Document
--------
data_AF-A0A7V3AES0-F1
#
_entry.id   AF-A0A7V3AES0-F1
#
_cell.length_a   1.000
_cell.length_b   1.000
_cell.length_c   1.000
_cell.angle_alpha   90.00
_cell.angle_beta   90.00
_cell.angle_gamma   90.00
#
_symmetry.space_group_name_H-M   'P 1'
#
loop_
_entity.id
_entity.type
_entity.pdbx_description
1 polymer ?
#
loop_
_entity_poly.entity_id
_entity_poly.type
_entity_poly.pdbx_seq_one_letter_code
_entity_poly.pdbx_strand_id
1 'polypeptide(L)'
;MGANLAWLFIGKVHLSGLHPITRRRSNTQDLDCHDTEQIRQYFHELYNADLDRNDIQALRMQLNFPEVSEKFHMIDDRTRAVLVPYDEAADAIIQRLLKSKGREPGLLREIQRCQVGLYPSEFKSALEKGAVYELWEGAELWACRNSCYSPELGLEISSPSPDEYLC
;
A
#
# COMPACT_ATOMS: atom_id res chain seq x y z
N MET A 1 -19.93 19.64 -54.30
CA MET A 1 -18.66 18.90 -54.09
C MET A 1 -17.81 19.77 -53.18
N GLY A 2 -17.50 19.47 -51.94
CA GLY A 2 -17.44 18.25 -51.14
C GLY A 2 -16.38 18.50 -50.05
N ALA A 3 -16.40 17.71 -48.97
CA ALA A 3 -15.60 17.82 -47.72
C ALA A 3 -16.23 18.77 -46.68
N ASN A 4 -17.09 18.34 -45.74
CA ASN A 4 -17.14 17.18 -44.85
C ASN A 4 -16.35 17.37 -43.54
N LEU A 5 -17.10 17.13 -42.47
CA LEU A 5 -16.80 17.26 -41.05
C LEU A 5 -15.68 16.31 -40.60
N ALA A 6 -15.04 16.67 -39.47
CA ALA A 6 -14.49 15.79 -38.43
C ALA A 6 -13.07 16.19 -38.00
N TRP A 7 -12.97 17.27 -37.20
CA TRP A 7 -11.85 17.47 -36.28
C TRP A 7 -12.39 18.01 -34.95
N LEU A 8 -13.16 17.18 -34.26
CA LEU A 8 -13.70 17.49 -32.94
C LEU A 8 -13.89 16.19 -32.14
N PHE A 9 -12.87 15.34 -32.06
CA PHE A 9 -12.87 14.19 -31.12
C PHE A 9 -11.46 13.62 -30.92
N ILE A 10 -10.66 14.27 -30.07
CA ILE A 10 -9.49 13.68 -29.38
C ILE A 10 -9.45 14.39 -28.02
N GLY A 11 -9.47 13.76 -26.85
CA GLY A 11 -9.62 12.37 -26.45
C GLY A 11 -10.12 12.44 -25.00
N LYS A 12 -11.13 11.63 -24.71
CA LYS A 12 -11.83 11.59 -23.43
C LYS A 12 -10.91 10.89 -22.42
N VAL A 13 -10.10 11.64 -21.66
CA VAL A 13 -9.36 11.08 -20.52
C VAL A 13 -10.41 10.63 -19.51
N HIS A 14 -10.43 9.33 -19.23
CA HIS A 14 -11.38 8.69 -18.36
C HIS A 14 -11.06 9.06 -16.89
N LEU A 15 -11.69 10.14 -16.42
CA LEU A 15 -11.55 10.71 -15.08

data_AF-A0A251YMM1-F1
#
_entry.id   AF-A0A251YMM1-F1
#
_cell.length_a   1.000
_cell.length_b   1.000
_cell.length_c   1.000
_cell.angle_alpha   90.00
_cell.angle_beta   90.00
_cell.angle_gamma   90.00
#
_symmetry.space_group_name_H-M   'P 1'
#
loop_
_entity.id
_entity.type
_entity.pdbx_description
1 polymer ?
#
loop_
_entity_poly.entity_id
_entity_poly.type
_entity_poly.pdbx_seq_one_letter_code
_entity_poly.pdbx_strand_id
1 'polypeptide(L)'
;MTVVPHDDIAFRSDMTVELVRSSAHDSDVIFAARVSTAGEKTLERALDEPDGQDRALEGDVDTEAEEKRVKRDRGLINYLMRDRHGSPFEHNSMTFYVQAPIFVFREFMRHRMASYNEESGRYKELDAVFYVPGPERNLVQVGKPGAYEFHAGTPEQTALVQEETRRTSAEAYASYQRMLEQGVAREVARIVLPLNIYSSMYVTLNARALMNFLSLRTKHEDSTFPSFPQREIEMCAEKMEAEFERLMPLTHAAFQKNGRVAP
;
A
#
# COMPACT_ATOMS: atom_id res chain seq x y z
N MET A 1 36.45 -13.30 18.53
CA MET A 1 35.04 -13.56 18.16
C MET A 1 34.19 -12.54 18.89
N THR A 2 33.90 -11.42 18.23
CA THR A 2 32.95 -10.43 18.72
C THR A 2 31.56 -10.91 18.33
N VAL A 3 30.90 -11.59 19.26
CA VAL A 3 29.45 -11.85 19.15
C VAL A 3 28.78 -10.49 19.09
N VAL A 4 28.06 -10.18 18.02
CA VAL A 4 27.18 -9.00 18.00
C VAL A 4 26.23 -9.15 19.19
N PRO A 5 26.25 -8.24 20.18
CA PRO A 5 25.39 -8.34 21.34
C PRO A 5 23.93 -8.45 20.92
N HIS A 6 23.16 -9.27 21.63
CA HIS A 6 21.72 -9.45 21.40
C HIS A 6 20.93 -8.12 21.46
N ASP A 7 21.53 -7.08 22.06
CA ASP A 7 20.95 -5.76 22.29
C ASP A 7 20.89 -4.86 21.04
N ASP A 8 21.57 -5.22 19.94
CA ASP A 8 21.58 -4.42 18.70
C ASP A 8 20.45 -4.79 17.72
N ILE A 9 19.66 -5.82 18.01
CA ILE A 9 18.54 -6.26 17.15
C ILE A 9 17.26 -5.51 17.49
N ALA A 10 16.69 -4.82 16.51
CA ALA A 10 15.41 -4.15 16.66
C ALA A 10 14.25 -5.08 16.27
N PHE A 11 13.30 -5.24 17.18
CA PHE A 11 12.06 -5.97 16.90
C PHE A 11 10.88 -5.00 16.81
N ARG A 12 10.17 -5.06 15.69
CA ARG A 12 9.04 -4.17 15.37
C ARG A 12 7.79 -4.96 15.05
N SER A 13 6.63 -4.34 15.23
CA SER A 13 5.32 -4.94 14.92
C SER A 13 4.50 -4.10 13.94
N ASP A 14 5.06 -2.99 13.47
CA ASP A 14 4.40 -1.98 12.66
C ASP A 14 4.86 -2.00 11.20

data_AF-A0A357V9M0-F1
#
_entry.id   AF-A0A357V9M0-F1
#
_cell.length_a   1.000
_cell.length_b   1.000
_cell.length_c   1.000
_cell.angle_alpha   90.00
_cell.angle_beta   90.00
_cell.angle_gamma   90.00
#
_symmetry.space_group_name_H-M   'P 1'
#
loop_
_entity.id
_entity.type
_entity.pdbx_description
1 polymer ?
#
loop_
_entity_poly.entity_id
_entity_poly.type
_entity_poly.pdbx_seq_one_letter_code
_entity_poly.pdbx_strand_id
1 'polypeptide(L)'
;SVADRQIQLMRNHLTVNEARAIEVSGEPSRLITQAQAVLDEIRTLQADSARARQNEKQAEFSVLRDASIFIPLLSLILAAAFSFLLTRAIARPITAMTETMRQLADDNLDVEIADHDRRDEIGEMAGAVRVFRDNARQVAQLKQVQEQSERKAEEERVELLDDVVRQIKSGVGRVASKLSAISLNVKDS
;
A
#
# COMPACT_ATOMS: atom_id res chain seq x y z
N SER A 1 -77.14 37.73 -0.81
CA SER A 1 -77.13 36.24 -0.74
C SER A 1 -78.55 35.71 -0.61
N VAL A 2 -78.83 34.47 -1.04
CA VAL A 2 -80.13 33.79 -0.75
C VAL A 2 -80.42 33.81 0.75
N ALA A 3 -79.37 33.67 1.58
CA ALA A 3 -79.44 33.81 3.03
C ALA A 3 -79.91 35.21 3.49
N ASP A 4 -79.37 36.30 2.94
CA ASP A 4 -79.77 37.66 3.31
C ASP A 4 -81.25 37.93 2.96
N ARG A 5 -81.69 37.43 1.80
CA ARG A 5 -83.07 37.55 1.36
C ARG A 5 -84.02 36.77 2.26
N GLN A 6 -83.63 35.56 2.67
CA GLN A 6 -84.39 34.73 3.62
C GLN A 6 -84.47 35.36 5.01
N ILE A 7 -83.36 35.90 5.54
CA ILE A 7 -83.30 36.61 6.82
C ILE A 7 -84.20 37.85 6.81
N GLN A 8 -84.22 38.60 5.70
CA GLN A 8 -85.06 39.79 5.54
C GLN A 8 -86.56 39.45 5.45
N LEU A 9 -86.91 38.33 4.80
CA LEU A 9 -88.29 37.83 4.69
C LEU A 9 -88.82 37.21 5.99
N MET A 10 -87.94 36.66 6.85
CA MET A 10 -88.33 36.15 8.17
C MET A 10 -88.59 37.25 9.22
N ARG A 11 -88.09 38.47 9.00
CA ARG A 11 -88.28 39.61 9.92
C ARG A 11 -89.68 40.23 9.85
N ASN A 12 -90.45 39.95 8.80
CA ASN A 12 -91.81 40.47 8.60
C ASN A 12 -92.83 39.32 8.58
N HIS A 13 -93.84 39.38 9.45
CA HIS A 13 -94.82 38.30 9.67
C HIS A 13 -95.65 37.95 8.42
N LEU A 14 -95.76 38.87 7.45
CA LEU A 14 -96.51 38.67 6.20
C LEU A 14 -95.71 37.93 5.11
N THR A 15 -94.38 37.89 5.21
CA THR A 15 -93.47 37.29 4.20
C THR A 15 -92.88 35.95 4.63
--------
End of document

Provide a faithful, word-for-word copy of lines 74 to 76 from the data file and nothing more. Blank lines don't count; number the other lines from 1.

CA LEU A 15 -11.55 10.71 -15.08

data_AF-A0A251YMM1-F1
#